News Articles


The Royal National Lifeboat Institution - Saves Lives at Sea

News Articles

      FIVE LIVES SAVED IN TWO SINKING BOAT DRAMAS IN FORTH (01/04/2006) more...
        The arrival of the Spring holiday has sparked off the usual spate of callouts for the volunteers of Scotland's busiest RNLI Inshore Lifeboat. RNLI Kinghorn lifeboat had a record 57 rescue missions last year. Five Lives were saved in the Forth today in two dramatic rescues 3 by the lifeboat and two by a passing boat.



        In its second callout of the day, RNLI's Kinghorn Lifeboat was called into an immediate launch around 7.40pm tonight (Saturday 1/04/06) after a 14 foot motorboat 'Doodlebug' sent a mayday message to HM Coastguard reporting that he was taking on water and required immediate assistance.



        Volunteer Crewman Neil Chalmers said of the rescue, "The stricken vessel was a quarter of a mile off the ash lagoons near to Musselburgh. Updates during the dash across the Forth were relayed from the Coastguard who were in communication with the owner by mobile phone and who reported that the situation on board the speedboat was 'critical'. We knew the RNLI lifeboat was in a desperate race against time to save the lives of the 3 crew from musselburgh and edinburgh."



        "It took us almost 20 minutes at full speed, to make the crossing from Kinghorn to Musselburgh and to arrive in time to rescue the crew from the vessel and we thereafter took them on board, just as the vessel sunk. Thankfully the crew were none the worse for their ordeal, but thanked us warmley for arriving in the nick of time. The owner had only just fitted a GPS system and it was because of that he was able to relay an accurate location, which allowed us to head straight for his location rather than having to search for it which might have been too late!"



        "This was our second call out today, the earlier call in the afternoon was for another vessel which had sunk at Mortimer's Deep. We were called out to the 24 ft creel fishing boat 'Rachael Ruth' that had already sunk in the shipping channel off Inchcolm Island. Fortunately for the 2 crew, a 4 metre Rib "TORNADO 2" was nearby and rescued the two men and took them ashore to Dalgety Bay Sailing Club. When the lifeboat arrived on scene, the crew made a medical assessment of the two men, and requested an ambulance since one of the men was very hypothermic. The lifeboat then left the men in the care of the Coastguard and surveyed the area in which the boat had sunk for debris and fuel leakage, before heading home."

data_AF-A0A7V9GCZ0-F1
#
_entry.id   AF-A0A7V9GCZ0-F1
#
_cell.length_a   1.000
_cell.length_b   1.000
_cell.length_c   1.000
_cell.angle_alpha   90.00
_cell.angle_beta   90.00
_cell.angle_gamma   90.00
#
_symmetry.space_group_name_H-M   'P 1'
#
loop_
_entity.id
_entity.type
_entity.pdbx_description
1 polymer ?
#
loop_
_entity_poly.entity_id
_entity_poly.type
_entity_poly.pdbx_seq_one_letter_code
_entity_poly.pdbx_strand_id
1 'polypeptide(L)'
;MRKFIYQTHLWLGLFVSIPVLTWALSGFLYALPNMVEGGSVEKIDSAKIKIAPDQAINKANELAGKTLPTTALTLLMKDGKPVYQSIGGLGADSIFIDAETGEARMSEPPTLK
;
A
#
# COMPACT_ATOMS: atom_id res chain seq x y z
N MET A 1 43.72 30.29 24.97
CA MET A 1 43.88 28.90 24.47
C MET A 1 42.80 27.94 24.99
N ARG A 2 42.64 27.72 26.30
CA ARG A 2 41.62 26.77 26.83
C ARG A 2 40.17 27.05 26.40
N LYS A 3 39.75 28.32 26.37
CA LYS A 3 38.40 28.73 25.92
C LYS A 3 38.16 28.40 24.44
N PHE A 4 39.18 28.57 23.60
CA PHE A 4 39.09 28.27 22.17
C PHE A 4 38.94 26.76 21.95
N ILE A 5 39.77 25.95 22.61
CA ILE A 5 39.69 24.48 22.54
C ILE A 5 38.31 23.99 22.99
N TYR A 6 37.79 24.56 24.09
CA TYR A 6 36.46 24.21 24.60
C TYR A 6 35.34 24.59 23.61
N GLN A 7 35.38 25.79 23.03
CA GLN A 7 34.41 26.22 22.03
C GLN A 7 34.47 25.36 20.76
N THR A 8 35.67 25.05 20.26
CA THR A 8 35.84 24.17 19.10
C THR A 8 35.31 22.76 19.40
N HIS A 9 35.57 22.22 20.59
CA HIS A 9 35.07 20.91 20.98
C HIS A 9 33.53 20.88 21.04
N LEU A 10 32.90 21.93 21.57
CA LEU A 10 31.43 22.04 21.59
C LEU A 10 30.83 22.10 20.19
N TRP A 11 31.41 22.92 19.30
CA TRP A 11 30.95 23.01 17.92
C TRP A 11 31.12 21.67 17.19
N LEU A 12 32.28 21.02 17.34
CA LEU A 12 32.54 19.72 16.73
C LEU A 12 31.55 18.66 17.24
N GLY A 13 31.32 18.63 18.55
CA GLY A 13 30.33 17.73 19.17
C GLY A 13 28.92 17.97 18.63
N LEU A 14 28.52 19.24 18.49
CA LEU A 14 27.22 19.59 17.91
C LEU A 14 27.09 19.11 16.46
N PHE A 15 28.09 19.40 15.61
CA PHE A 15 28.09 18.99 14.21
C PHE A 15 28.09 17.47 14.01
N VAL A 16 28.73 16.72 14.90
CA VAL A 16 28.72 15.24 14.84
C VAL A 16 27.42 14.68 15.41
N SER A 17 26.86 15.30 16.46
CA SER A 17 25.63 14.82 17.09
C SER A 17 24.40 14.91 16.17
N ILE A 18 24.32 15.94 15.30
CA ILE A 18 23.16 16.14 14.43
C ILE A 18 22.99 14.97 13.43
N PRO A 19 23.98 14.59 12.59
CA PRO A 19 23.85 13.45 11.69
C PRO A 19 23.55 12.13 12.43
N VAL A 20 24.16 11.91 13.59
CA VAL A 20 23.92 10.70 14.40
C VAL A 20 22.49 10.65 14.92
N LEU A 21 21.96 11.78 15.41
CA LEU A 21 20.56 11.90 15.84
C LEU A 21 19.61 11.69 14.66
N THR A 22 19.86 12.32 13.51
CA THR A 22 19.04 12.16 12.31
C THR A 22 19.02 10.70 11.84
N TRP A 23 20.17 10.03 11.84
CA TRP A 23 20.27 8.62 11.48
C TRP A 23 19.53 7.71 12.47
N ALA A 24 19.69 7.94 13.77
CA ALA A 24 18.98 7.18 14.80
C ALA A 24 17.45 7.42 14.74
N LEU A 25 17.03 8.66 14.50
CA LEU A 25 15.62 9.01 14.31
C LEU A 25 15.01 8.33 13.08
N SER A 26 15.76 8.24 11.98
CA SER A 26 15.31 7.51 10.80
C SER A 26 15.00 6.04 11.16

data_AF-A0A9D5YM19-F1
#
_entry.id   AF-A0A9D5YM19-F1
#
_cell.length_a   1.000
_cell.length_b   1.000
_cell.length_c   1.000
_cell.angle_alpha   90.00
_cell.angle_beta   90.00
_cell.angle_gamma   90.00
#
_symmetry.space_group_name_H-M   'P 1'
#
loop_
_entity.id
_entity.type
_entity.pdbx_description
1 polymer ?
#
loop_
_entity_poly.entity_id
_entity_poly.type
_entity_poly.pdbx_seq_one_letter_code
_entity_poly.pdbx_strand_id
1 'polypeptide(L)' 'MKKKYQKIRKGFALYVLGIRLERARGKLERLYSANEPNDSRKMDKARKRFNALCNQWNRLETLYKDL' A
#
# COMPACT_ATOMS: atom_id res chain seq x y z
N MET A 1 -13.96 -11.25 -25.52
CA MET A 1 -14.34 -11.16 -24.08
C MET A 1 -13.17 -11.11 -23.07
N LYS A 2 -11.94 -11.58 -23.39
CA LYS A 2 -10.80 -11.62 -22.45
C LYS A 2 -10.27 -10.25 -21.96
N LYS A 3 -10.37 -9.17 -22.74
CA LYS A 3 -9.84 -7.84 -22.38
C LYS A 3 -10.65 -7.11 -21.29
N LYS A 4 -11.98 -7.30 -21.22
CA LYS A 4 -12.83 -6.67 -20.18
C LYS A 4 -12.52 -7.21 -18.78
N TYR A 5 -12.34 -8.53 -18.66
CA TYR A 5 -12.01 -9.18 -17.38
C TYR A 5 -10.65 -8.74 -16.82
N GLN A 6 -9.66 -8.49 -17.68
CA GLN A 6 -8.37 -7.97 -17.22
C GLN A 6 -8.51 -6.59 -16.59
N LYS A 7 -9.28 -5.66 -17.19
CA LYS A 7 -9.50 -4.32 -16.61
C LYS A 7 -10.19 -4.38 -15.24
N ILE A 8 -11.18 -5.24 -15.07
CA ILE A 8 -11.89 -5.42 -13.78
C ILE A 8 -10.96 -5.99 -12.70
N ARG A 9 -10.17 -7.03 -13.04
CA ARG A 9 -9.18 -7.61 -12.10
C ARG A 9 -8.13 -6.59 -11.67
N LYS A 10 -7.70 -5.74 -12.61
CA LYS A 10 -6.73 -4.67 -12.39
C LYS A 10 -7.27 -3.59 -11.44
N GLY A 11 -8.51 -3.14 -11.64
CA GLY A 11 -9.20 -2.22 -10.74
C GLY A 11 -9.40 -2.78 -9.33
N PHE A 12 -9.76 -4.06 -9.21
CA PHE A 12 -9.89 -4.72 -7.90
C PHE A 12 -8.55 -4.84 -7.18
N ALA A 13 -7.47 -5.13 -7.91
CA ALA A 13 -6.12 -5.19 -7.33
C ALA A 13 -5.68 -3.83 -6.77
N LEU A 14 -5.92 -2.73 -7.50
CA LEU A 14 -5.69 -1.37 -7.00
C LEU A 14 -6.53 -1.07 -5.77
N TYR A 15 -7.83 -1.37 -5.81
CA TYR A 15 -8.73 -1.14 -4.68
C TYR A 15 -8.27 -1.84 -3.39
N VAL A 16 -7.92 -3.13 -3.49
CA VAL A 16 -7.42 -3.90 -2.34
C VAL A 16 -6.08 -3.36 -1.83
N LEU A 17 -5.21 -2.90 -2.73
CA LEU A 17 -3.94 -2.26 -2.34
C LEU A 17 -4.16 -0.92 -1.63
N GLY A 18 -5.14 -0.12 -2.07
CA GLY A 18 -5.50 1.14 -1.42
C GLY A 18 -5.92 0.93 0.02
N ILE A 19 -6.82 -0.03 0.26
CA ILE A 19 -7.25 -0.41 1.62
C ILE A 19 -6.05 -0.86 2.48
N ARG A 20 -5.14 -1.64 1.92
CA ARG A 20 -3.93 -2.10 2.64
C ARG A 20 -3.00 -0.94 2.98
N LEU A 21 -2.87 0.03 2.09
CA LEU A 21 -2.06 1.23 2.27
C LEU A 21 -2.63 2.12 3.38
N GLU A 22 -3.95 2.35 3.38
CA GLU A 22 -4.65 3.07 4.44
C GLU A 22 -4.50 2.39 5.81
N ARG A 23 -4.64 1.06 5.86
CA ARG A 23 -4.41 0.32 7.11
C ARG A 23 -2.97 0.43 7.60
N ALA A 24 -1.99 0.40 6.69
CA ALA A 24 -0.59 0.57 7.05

The volunteer crews who attended the two 'shouts' were Helmsmen Keith Hay and Paul Wibberly along with Crewmen Mike Chalmers, Phil Smythe, Neil Chalmers and Shore crew Ian McLean.



        The RNLI would take this opportunity to remind boat owners to check over their boats and have them serviced prior to taking to the water, advice is available through a free SEACheck service from the RNLI.




      AMBULANCE SERVICE ALL AT SEA! (20/03/2006) more...
        In the first such initiative in Scotland which has been actively encouraged by the Scottish Ambulance Service, around 60 Fife based ambulance staff have applied to take part in a joint training session with RNLI Kinghorn lifeboat volunteers.



        Scottish Ambulance Service staff predict that once the benefits of the training are identified, other areas of Scotland may follow suit. Kinghorn RNLI Lifeboat covers both the Fife and Lothian's coastline, and the crew hope that Ambulance staff on the Lothian's side of the Forth will also wish to take advantage of the training at a later date. The training will take place over 6 weekends, to enable everyone who has applied to benefit from the course.